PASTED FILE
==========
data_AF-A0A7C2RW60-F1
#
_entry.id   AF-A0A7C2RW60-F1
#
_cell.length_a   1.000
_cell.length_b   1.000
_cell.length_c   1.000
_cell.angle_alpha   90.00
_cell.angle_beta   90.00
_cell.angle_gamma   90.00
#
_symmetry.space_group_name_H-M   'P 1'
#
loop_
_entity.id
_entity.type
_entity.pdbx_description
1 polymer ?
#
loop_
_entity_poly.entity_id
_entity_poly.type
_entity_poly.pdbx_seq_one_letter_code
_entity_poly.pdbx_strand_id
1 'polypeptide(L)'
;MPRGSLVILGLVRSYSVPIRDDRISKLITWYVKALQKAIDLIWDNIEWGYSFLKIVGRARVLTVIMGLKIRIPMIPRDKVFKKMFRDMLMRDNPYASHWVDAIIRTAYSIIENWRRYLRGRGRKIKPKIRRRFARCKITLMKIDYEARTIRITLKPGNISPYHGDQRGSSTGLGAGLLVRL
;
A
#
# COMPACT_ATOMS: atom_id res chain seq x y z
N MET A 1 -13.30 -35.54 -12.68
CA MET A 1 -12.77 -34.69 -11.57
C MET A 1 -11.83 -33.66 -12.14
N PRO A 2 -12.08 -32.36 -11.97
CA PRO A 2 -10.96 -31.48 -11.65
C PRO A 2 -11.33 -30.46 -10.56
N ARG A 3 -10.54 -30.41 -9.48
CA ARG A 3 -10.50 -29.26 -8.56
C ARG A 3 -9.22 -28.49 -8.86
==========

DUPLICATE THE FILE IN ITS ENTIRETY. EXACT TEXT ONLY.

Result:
data_AF-A0A7C2RW60-F1
#
_entry.id   AF-A0A7C2RW60-F1
#
_cell.length_a   1.000
_cell.length_b   1.000
_cell.length_c   1.000
_cell.angle_alpha   90.00
_cell.angle_beta   90.00
_cell.angle_gamma   90.00
#
_symmetry.space_group_name_H-M   'P 1'
#
loop_
_entity.id
_entity.type
_entity.pdbx_description
1 polymer ?
#
loop_
_entity_poly.entity_id
_entity_poly.type
_entity_poly.pdbx_seq_one_letter_code
_entity_poly.pdbx_strand_id
1 'polypeptide(L)'
;MPRGSLVILGLVRSYSVPIRDDRISKLITWYVKALQKAIDLIWDNIEWGYSFLKIVGRARVLTVIMGLKIRIPMIPRDKVFKKMFRDMLMRDNPYASHWVDAIIRTAYSIIENWRRYLRGRGRKIKPKIRRRFARCKITLMKIDYEARTIRITLKPGNISPYHGDQRGSSTGLGAGLLVRL
;
A
#
# COMPACT_ATOMS: atom_id res chain seq x y z
N MET A 1 -13.30 -35.54 -12.68
CA MET A 1 -12.77 -34.69 -11.57
C MET A 1 -11.83 -33.66 -12.14
N PRO A 2 -12.08 -32.36 -11.97
CA PRO A 2 -10.96 -31.48 -11.65
C PRO A 2 -11.33 -30.46 -10.56
N ARG A 3 -10.54 -30.41 -9.48
CA ARG A 3 -10.50 -29.26 -8.56
C ARG A 3 -9.22 -28.49 -8.86